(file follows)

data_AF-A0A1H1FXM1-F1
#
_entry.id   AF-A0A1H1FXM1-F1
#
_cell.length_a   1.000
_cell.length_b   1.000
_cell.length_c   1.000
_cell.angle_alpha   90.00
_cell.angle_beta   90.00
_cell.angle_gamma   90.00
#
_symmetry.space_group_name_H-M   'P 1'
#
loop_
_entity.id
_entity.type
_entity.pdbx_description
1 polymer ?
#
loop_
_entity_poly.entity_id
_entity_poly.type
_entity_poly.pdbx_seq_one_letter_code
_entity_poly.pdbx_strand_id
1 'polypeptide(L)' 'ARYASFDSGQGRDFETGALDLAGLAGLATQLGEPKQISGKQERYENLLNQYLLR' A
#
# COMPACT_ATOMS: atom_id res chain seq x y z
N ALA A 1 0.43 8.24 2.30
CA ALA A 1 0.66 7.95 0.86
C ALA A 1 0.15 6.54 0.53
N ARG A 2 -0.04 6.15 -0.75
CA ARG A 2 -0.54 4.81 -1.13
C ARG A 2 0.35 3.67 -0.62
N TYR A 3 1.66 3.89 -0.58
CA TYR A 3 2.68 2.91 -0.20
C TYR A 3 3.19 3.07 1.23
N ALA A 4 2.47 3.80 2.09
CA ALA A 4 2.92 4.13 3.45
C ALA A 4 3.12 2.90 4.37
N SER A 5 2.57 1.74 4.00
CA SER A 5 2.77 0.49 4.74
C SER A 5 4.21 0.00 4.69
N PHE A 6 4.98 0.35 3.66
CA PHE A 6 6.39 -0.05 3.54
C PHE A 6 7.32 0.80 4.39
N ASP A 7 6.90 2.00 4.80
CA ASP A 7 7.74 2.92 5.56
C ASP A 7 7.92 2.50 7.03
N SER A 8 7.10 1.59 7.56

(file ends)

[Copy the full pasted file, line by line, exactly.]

data_AF-A0A1H1FXM1-F1
#
_entry.id   AF-A0A1H1FXM1-F1
#
_cell.length_a   1.000
_cell.length_b   1.000
_cell.length_c   1.000
_cell.angle_alpha   90.00
_cell.angle_beta   90.00
_cell.angle_gamma   90.00
#
_symmetry.space_group_name_H-M   'P 1'
#
loop_
_entity.id
_entity.type
_entity.pdbx_description
1 polymer ?
#
loop_
_entity_poly.entity_id
_entity_poly.type
_entity_poly.pdbx_seq_one_letter_code
_entity_poly.pdbx_strand_id
1 'polypeptide(L)' 'ARYASFDSGQGRDFETGALDLAGLAGLATQLGEPKQISGKQERYENLLNQYLLR' A
#
# COMPACT_ATOMS: atom_id res chain seq x y z
N ALA A 1 0.43 8.24 2.30
CA ALA A 1 0.66 7.95 0.86
C ALA A 1 0.15 6.54 0.53
N ARG A 2 -0.04 6.15 -0.75
CA ARG A 2 -0.54 4.81 -1.13
C ARG A 2 0.35 3.67 -0.62
N TYR A 3 1.66 3.89 -0.58
CA TYR A 3 2.68 2.91 -0.20
C TYR A 3 3.19 3.07 1.23
N ALA A 4 2.47 3.80 2.09
CA ALA A 4 2.92 4.13 3.45
C ALA A 4 3.12 2.90 4.37
N SER A 5 2.57 1.74 4.00
CA SER A 5 2.77 0.49 4.74
C SER A 5 4.21 0.00 4.69
N PHE A 6 4.98 0.35 3.66
CA PHE A 6 6.39 -0.05 3.54
C PHE A 6 7.32 0.80 4.39
N ASP A 7 6.90 2.00 4.80
CA ASP A 7 7.74 2.92 5.56
C ASP A 7 7.92 2.50 7.03
N SER A 8 7.10 1.59 7.56